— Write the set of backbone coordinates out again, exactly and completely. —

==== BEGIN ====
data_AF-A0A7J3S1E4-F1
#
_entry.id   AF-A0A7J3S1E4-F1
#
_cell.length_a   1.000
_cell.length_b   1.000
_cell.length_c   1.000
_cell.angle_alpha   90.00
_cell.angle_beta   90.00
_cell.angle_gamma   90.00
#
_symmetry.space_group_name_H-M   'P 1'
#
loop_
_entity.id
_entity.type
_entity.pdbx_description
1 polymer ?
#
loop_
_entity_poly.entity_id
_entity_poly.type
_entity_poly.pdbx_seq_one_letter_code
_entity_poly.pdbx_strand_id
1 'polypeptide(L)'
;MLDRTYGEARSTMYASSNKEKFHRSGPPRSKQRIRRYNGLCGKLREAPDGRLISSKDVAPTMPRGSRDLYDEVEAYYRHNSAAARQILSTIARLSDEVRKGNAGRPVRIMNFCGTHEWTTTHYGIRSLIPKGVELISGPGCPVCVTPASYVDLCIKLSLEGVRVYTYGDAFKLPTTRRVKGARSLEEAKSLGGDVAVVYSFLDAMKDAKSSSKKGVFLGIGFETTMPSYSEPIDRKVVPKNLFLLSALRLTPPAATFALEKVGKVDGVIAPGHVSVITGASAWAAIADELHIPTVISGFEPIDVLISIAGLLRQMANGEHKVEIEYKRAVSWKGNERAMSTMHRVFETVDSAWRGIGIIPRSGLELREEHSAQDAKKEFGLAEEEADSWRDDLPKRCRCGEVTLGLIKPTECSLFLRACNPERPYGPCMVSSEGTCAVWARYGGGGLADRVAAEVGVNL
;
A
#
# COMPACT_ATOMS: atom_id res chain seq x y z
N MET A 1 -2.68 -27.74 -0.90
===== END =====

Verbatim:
data_AF-A0A7J3S1E4-F1
#
_entry.id   AF-A0A7J3S1E4-F1
#
_cell.length_a   1.000
_cell.length_b   1.000
_cell.length_c   1.000
_cell.angle_alpha   90.00
_cell.angle_beta   90.00
_cell.angle_gamma   90.00
#
_symmetry.space_group_name_H-M   'P 1'
#
loop_
_entity.id
_entity.type
_entity.pdbx_description
1 polymer ?
#
loop_
_entity_poly.entity_id
_entity_poly.type
_entity_poly.pdbx_seq_one_letter_code
_entity_poly.pdbx_strand_id
1 'polypeptide(L)'
;MLDRTYGEARSTMYASSNKEKFHRSGPPRSKQRIRRYNGLCGKLREAPDGRLISSKDVAPTMPRGSRDLYDEVEAYYRHNSAAARQILSTIARLSDEVRKGNAGRPVRIMNFCGTHEWTTTHYGIRSLIPKGVELISGPGCPVCVTPASYVDLCIKLSLEGVRVYTYGDAFKLPTTRRVKGARSLEEAKSLGGDVAVVYSFLDAMKDAKSSSKKGVFLGIGFETTMPSYSEPIDRKVVPKNLFLLSALRLTPPAATFALEKVGKVDGVIAPGHVSVITGASAWAAIADELHIPTVISGFEPIDVLISIAGLLRQMANGEHKVEIEYKRAVSWKGNERAMSTMHRVFETVDSAWRGIGIIPRSGLELREEHSAQDAKKEFGLAEEEADSWRDDLPKRCRCGEVTLGLIKPTECSLFLRACNPERPYGPCMVSSEGTCAVWARYGGGGLADRVAAEVGVNL
;
A
#
# COMPACT_ATOMS: atom_id res chain seq x y z
N MET A 1 -2.68 -27.74 -0.90